During a 1984 eclipse, an observer saw captive female chimpanzees with their young gather at the top of a climbing structure. Eventually the other chimps joined them, and one juvenile pointed toward the sun and moon.
Since eclipses are silent, pets are probably affected more by how their humans behave, and some animals do not seem to notice at all.
According to History.com, a total solar eclipse in 585 B.C. inspired a ceasefire between the Lydians and Medes after a five-year battle over control of Anatolia. When the sky darkened and the midday sun disappeared, soldiers interpreted the event as a signal from the gods for peace and they put down their weapons.
In 840, deeply religious Louis the Pious, third son of Charlemagne and heir to his father’s empire, saw a solar eclipse as a sign of impending punishment from God and reportedly died of fright.
Christopher Columbus sailed for his fourth voyage to the New World in 1502. Legend holds that after a year of exploring Central America, worms began eating holes in his ship and he was forced to find refuge in Jamaica. The warm welcome for the sailors waned after a year, and the indigenous people stopped offering food for Columbus’s men. Columbus learned from an almanac he carried that a lunar eclipse was nigh. According to the story, Columbus told the locals because they had stopped feeding his men, the gods were unhappy and would turn the moon bloody red. Sure enough, a lunar eclipse turned the moon red, and the locals again shared food with Columbus and his crew.
A similar adventure occurred in 1869 in remote Alaska when explorer and astronomer George Davidson encountered a hostile Chilkat tribe. Davidson convinced them he was a scientist there only to observe the sun turn dark the following day. It did, and the mystified Chilkat retreated into the woods probably saving Davidson and his men from attack.
The gospels mention the sky turned dark after the crucifixion of Jesus of Nazareth, so historians place the event during a solar eclipse in either 29 A.D. or 33 A.D.
Space.com states, “During 1919’s epic eclipse, in which the sun vanished for six minutes and 51 seconds, scientists measured the bending of light from stars as they passed near the sun. The findings confirmed Einstein’s theory of general relativity, which describes gravity as warping of space-time.”
To understand an event as disruptive and enormous as an eclipse, when the very sun we depend on partially or totally disappears on an otherwise clear day, civilizations have conjured a variety of mythical explanations through history. Often, natives will interpret the event as something eating the sun. An early Chinese word for eclipse meant “to eat,” and for them it was a dragon eating the sun. For ancient Vikings, it was a pair of wolves. For folks in Vietnam, it was a frog. In Korea, it was fire dogs.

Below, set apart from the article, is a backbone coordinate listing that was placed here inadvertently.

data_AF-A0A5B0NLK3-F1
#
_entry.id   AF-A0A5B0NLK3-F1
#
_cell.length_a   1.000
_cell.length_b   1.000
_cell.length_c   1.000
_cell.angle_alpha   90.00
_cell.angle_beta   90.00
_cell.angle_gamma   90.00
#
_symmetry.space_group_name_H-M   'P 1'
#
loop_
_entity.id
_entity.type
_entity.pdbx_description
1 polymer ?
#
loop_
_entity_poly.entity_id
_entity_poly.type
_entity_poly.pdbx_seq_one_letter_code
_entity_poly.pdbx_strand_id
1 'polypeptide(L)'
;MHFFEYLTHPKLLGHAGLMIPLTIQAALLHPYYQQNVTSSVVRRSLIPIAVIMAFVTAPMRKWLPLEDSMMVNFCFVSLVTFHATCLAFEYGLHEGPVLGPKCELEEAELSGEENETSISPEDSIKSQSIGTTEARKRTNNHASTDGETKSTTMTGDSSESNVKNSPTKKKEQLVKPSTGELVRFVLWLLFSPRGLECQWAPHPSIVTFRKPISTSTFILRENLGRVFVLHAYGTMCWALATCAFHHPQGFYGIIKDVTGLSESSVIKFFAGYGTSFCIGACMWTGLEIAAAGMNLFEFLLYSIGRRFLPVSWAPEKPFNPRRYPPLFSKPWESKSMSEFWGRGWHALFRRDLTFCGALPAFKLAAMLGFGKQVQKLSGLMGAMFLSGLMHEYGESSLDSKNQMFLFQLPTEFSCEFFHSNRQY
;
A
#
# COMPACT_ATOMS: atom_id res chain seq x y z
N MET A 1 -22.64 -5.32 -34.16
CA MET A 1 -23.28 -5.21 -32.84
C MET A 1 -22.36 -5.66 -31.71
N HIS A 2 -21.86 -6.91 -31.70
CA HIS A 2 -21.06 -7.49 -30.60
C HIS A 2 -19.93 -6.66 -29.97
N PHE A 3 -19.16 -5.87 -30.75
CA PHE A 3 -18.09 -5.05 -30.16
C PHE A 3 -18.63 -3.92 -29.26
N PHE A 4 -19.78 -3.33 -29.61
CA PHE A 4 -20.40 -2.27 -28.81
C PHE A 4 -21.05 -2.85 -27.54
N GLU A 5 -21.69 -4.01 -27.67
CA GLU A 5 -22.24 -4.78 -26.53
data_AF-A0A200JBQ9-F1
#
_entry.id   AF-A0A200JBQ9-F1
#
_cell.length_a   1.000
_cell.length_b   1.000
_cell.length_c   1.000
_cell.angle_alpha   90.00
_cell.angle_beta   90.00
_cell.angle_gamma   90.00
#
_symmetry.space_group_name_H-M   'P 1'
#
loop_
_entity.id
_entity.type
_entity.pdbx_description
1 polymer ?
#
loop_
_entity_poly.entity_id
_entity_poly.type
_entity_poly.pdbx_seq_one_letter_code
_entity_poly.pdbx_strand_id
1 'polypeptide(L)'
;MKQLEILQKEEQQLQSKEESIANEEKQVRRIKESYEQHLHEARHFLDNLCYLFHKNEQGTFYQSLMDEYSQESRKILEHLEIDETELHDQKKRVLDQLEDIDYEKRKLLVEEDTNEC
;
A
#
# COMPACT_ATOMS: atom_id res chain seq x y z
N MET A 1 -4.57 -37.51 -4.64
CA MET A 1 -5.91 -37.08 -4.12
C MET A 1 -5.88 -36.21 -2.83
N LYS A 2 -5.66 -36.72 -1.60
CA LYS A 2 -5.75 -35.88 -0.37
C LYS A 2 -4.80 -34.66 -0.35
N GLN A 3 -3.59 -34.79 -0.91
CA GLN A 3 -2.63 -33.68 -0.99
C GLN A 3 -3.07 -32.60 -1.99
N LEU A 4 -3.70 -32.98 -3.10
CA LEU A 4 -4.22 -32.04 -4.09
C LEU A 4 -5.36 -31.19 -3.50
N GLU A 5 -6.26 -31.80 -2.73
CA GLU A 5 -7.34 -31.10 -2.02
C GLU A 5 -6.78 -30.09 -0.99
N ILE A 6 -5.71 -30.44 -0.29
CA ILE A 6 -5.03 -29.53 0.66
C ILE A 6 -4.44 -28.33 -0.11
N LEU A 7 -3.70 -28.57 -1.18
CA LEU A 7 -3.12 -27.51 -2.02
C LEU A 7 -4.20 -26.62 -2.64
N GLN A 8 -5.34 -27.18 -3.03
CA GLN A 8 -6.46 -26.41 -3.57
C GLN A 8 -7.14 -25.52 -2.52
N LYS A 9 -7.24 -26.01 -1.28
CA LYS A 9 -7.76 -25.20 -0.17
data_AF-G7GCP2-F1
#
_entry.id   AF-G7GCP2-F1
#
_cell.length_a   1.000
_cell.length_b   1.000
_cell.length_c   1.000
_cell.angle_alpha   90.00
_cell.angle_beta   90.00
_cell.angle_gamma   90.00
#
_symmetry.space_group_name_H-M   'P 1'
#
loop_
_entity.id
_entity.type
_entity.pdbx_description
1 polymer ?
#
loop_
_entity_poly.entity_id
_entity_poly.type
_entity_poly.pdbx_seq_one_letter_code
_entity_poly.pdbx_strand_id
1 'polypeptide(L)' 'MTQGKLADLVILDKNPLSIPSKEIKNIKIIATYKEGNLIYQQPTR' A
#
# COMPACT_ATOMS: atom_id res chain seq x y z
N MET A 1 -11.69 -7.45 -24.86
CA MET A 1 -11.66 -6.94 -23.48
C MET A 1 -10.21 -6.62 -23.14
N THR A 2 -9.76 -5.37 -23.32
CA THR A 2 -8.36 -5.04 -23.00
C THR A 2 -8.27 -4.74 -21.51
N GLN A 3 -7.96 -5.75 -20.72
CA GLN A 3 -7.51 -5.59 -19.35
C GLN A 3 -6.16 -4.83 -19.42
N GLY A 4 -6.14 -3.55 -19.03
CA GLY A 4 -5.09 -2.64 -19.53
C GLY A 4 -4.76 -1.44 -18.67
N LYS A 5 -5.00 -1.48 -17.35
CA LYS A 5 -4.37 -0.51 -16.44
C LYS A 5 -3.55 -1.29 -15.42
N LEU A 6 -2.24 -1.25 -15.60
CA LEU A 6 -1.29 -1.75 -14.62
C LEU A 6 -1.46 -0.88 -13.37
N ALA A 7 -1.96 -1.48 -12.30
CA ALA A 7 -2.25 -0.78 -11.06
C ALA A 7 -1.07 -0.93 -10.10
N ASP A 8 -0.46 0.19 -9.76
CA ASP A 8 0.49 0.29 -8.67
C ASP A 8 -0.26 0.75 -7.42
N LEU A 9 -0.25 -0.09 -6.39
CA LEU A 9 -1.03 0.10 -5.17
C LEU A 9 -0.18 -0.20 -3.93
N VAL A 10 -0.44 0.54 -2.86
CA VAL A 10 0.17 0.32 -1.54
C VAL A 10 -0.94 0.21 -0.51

People of the Togo and Benin area of West Africa interpret an eclipse as the sun and moon fighting, and people on Earth can stop the battle by coming together to resolve their own differences. The Navajo also see an eclipse as a call to pause and reflect on our place in the scheme of things. Navajo families would stay inside and sing special songs but avoided eating, drinking or sleeping to maintain a natural balance in the world.
Ethnologists went to Suriname in 1973 to monitor the Kalina who still carry out another eclipse tradition found around the world. They see the sun and moon as brothers who occasionally fight. These fights threaten the entire world, so during the eclipse the Kalina do their part to stop the fighting by yelling at the sun and moon and banging on pots or drums to make as much noise as possible to get their attention.
Dr. Marek Kukula is the Public Astronomer at the British Observatory Greenwich, and wrote that he organized an eclipse tour to a remote spot deep in the Libyan desert for his first total solar eclipse experience. He was well organized and totally prepared to explain the science of what his participants would see.
“Nothing prepared me for the visceral sense of unease as the sunlight faded under a cloudless sky… I looked toward the horizon and saw a wall of darkness rushing toward me: the shadow of the moon travelling at more than 1000 miles per hour. No one had told me the sky would take on such an intense shade of indigo, or that the moon would seem like a black hole punched into the heavens. After four long minutes, when the first dazzling beam of sunshine erupted from behind the moon’s disc, I realized with surprise that I had been crying.”
We will continue to see eclipses, and the dates and times are listed in various sites online, but, ready or not, here comes a special one Monday, August 21. Whether we yell, beat on drums, sing songs or cry, it should be an event to remember, and possibly a time to resolve some differences.